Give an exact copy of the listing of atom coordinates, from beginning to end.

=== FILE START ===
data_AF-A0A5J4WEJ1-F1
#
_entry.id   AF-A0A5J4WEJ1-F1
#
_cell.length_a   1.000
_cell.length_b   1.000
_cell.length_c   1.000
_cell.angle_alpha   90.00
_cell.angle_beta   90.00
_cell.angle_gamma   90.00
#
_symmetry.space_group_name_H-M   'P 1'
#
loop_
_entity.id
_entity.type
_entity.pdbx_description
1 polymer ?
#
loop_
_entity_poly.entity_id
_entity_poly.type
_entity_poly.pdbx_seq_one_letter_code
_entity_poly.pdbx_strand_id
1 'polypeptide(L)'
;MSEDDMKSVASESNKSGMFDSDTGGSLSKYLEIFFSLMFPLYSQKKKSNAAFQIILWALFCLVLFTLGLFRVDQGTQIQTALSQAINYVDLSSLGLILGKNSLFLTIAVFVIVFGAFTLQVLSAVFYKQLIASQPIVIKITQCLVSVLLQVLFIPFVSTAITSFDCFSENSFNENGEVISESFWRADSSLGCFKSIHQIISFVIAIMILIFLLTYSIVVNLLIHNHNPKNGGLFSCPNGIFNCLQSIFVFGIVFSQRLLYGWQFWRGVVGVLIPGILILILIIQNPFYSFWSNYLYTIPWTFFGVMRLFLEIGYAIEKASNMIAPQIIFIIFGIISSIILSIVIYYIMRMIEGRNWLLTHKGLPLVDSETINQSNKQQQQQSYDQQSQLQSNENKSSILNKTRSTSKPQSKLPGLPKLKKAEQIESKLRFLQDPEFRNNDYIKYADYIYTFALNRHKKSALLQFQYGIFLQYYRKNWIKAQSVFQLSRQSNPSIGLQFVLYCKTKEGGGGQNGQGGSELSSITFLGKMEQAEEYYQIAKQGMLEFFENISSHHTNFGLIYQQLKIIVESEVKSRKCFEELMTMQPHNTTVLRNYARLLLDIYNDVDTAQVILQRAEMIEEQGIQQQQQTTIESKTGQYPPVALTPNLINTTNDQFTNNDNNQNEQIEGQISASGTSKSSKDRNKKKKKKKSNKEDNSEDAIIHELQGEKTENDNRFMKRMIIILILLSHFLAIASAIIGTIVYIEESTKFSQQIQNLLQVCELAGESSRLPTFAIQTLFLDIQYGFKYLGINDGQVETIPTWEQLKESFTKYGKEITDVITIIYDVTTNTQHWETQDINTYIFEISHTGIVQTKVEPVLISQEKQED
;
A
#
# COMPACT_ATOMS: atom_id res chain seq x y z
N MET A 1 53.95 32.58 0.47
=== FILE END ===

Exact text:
data_AF-A0A5J4WEJ1-F1
#
_entry.id   AF-A0A5J4WEJ1-F1
#
_cell.length_a   1.000
_cell.length_b   1.000
_cell.length_c   1.000
_cell.angle_alpha   90.00
_cell.angle_beta   90.00
_cell.angle_gamma   90.00
#
_symmetry.space_group_name_H-M   'P 1'
#
loop_
_entity.id
_entity.type
_entity.pdbx_description
1 polymer ?
#
loop_
_entity_poly.entity_id
_entity_poly.type
_entity_poly.pdbx_seq_one_letter_code
_entity_poly.pdbx_strand_id
1 'polypeptide(L)'
;MSEDDMKSVASESNKSGMFDSDTGGSLSKYLEIFFSLMFPLYSQKKKSNAAFQIILWALFCLVLFTLGLFRVDQGTQIQTALSQAINYVDLSSLGLILGKNSLFLTIAVFVIVFGAFTLQVLSAVFYKQLIASQPIVIKITQCLVSVLLQVLFIPFVSTAITSFDCFSENSFNENGEVISESFWRADSSLGCFKSIHQIISFVIAIMILIFLLTYSIVVNLLIHNHNPKNGGLFSCPNGIFNCLQSIFVFGIVFSQRLLYGWQFWRGVVGVLIPGILILILIIQNPFYSFWSNYLYTIPWTFFGVMRLFLEIGYAIEKASNMIAPQIIFIIFGIISSIILSIVIYYIMRMIEGRNWLLTHKGLPLVDSETINQSNKQQQQQSYDQQSQLQSNENKSSILNKTRSTSKPQSKLPGLPKLKKAEQIESKLRFLQDPEFRNNDYIKYADYIYTFALNRHKKSALLQFQYGIFLQYYRKNWIKAQSVFQLSRQSNPSIGLQFVLYCKTKEGGGGQNGQGGSELSSITFLGKMEQAEEYYQIAKQGMLEFFENISSHHTNFGLIYQQLKIIVESEVKSRKCFEELMTMQPHNTTVLRNYARLLLDIYNDVDTAQVILQRAEMIEEQGIQQQQQTTIESKTGQYPPVALTPNLINTTNDQFTNNDNNQNEQIEGQISASGTSKSSKDRNKKKKKKKSNKEDNSEDAIIHELQGEKTENDNRFMKRMIIILILLSHFLAIASAIIGTIVYIEESTKFSQQIQNLLQVCELAGESSRLPTFAIQTLFLDIQYGFKYLGINDGQVETIPTWEQLKESFTKYGKEITDVITIIYDVTTNTQHWETQDINTYIFEISHTGIVQTKVEPVLISQEKQED
;
A
#
# COMPACT_ATOMS: atom_id res chain seq x y z
N MET A 1 53.95 32.58 0.47